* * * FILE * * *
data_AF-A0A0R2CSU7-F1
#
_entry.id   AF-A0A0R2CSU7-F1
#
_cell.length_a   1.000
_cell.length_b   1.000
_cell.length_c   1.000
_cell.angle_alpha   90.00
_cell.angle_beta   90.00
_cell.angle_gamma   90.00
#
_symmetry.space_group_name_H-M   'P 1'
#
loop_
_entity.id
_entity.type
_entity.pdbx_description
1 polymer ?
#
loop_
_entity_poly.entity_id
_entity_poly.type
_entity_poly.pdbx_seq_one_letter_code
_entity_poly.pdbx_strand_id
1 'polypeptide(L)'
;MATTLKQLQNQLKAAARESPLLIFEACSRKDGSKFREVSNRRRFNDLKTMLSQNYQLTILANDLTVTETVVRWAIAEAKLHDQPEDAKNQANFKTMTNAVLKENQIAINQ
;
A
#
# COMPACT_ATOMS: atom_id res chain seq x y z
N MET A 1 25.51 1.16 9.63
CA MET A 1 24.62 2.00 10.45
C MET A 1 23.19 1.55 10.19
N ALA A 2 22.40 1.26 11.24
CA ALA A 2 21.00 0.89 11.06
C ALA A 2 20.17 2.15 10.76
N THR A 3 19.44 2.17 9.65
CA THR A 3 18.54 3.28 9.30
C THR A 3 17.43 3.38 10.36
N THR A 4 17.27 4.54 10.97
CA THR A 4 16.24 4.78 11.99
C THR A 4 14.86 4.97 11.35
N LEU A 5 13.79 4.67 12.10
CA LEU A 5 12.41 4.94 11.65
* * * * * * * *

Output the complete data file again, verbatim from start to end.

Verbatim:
data_AF-A0A0R2CSU7-F1
#
_entry.id   AF-A0A0R2CSU7-F1
#
_cell.length_a   1.000
_cell.length_b   1.000
_cell.length_c   1.000
_cell.angle_alpha   90.00
_cell.angle_beta   90.00
_cell.angle_gamma   90.00
#
_symmetry.space_group_name_H-M   'P 1'
#
loop_
_entity.id
_entity.type
_entity.pdbx_description
1 polymer ?
#
loop_
_entity_poly.entity_id
_entity_poly.type
_entity_poly.pdbx_seq_one_letter_code
_entity_poly.pdbx_strand_id
1 'polypeptide(L)'
;MATTLKQLQNQLKAAARESPLLIFEACSRKDGSKFREVSNRRRFNDLKTMLSQNYQLTILANDLTVTETVVRWAIAEAKLHDQPEDAKNQANFKTMTNAVLKENQIAINQ
;
A
#
# COMPACT_ATOMS: atom_id res chain seq x y z
N MET A 1 25.51 1.16 9.63
CA MET A 1 24.62 2.00 10.45
C MET A 1 23.19 1.55 10.19
N ALA A 2 22.40 1.26 11.24
CA ALA A 2 21.00 0.89 11.06
C ALA A 2 20.17 2.15 10.76
N THR A 3 19.44 2.17 9.65
CA THR A 3 18.54 3.28 9.30
C THR A 3 17.43 3.38 10.36
N THR A 4 17.27 4.54 10.97
CA THR A 4 16.24 4.78 11.99
C THR A 4 14.86 4.97 11.35
N LEU A 5 13.79 4.67 12.10
CA LEU A 5 12.41 4.94 11.65